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Updated: November 28, 2012 16:53 IST

Chemistry postgraduate’s experiments with dairy farming

B. S. Satish Kumar
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K.B. Pratibha
The Hindu
K.B. Pratibha

She quit city job and now earns Rs. 3 lakh a month

At a time when people believe agriculture is not a profit-making career move, here is a postgraduate in chemistry who quit a well-paying job in Bangalore to take up animal husbandry.

Twenty-nine-year-old K.B. Pratibha of Jyothi Mallapura in Arsikere taluk has already made her mark in her chosen field. Mixing entrepreneurial skills with animal husbandry has not only ensured handsome earnings, but has also earned her Statewide recognition by winning the Corporation Bank-sponsored Corp Award, given by the University of Agricultural Sciences-Bangalore, for progressive farmers on Tuesday.

“I was heading the quality wing in a private pharmaceutical firm for a salary of Rs. 60,000 a month. But I started feeling the urge to do something eco-friendly as I was dealing with chemicals every day in my job. Since we had eight acres of ancestral land in Arsikere taluk, I decided to take up animal husbandry,” Ms. Pratibha, the youngest farmer to receive the State-level award, said.

“I didn’t know anything about animal husbandry. So I took some basic training and then began with five cows. Now I have about 100 cows of which 20 yield milk, accounting for about 400 litres a day,” she said. She now plans to venture into milk by-products when production touches 1,000 litres a day.

While learning about dairy farming, she realised that most of the cattle feed had a low energy component. As a challenge, she started home production of cattle feed to suit her requirements. She now sells it under the brand name Akshaya dhaarini. There is a huge demand for it from farmers around the village. “I sell about 10 tonnes of cattle feed a month,” she said.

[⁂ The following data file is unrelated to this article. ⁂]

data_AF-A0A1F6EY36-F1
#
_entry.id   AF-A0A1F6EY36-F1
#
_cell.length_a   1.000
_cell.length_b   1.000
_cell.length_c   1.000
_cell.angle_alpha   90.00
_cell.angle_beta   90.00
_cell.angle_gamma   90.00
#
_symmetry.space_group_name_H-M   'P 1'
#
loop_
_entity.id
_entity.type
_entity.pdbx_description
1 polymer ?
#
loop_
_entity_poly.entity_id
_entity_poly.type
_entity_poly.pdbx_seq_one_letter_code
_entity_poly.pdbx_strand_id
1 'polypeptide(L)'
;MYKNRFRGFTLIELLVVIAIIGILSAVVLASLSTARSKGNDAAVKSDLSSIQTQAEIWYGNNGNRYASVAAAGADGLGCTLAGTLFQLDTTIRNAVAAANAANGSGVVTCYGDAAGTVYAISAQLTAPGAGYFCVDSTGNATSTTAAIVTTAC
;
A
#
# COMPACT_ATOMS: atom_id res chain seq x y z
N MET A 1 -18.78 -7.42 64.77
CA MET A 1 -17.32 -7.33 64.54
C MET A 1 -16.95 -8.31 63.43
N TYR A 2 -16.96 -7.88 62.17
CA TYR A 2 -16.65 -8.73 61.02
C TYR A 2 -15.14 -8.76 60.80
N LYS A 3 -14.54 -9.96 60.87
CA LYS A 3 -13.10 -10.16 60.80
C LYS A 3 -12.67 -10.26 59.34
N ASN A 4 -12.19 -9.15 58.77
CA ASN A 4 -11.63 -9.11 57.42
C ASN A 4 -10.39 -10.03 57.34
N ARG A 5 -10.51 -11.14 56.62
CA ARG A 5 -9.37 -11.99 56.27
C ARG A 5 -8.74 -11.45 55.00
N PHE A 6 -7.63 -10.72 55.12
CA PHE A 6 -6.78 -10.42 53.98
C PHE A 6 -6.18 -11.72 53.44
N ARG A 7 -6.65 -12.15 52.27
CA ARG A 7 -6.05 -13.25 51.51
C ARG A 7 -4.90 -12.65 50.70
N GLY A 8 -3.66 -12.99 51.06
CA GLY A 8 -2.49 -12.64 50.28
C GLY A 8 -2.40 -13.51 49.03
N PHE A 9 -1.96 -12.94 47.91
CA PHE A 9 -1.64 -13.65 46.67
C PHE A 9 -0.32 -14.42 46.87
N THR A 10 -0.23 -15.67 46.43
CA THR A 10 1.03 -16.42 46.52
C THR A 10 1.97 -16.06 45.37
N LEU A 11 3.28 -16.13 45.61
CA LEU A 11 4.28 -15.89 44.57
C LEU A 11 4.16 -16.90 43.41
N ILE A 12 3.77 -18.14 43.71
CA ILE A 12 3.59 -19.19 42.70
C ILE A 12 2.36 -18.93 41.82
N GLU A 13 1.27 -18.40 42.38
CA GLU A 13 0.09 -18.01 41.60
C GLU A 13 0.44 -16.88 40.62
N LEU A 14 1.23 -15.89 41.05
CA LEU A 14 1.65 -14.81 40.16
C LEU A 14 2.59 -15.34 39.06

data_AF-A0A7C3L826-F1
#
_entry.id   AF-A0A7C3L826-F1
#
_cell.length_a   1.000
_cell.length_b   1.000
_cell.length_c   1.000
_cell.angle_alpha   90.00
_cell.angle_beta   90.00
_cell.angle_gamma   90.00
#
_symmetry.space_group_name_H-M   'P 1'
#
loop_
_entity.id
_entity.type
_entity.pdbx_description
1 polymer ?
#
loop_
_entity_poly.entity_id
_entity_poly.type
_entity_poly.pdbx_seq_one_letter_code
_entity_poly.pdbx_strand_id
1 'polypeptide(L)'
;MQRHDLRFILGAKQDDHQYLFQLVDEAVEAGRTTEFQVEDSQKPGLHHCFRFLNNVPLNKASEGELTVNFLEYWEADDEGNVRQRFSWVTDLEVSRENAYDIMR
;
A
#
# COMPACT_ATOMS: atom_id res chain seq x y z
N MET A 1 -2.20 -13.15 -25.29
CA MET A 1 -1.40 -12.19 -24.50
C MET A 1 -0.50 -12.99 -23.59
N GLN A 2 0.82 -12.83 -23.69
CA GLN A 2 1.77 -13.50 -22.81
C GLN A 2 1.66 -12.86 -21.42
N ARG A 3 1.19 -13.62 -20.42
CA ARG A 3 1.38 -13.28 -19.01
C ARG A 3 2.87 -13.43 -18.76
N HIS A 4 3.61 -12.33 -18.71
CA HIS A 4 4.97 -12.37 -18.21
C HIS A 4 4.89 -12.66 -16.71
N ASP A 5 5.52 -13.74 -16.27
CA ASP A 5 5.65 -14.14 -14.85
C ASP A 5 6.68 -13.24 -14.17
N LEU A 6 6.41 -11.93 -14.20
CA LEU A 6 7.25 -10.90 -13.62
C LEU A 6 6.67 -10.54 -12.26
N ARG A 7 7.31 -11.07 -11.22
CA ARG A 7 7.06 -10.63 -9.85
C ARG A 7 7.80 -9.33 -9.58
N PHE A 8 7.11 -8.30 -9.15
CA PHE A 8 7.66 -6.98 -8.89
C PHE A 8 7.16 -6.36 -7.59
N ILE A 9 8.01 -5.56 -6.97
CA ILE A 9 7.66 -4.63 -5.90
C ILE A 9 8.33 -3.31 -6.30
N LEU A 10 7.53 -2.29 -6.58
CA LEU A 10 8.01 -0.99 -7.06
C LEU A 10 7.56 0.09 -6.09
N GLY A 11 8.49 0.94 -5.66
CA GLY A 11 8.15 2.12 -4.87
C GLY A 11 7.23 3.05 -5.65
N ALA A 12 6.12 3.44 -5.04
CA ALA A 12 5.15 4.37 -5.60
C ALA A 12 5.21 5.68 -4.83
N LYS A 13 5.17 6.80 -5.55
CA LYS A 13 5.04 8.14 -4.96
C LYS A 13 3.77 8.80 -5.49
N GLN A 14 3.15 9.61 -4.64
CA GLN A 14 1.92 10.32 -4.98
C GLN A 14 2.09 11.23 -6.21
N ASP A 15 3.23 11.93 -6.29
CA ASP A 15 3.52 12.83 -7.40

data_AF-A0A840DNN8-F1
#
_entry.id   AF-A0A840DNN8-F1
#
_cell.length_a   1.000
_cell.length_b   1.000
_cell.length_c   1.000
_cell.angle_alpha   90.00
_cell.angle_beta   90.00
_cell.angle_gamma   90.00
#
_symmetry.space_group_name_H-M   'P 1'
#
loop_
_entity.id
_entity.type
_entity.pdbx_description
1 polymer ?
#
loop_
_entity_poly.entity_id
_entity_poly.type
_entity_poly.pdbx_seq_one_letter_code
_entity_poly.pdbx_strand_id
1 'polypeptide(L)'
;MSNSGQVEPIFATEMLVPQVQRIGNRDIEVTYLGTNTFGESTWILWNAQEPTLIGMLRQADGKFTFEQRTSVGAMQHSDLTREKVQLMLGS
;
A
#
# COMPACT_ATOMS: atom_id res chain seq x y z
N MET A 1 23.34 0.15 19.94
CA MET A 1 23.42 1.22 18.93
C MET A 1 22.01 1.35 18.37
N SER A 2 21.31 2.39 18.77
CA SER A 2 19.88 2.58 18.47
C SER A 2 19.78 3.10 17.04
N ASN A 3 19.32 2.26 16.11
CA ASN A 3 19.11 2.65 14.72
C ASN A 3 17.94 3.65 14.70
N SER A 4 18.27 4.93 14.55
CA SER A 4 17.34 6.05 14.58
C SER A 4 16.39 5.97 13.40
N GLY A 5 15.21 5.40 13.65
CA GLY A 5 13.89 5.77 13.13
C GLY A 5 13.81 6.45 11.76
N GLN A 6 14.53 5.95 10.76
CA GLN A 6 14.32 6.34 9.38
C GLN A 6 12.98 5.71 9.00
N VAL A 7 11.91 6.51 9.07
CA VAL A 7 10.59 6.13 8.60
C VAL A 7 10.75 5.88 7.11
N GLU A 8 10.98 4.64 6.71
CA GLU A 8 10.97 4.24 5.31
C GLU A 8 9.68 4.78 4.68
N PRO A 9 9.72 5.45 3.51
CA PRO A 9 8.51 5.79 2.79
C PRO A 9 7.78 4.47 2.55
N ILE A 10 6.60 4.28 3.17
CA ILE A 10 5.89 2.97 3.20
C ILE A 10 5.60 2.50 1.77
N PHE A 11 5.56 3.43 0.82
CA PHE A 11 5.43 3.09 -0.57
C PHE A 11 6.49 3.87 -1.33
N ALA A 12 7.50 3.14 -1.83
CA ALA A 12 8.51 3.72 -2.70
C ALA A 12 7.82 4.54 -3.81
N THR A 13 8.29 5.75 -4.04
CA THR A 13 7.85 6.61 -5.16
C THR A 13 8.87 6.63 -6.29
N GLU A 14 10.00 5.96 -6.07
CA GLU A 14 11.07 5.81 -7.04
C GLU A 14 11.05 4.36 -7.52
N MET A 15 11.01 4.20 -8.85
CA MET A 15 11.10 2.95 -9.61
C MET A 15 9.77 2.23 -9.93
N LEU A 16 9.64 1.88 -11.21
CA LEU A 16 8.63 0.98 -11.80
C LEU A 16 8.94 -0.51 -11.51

She has also set up a biogas unit that generates 15 kilowatts of power to take care of her dairy’s power requirements. She uses the bio-slurry for growing various horticultural crops. What she does not need, she sells at a rate of 60 paise a litre.

“I earn an average of Rs. 3 lakh a month,” she said. Even before you can compliment her, she added, “Rs. 3 lakh is not enough as my investment is also huge. I hope to go beyond the breakeven point next year,” she said.

She has no regrets of quitting her job to move to the village. “I would not have earned this much if I had continued in Bangalore. More importantly, I would not have got this much job satisfaction.” She recalls how her friends had thought that it was a crazy idea to take up dairy farming in a village. “But today, they admire me,” she said proudly.

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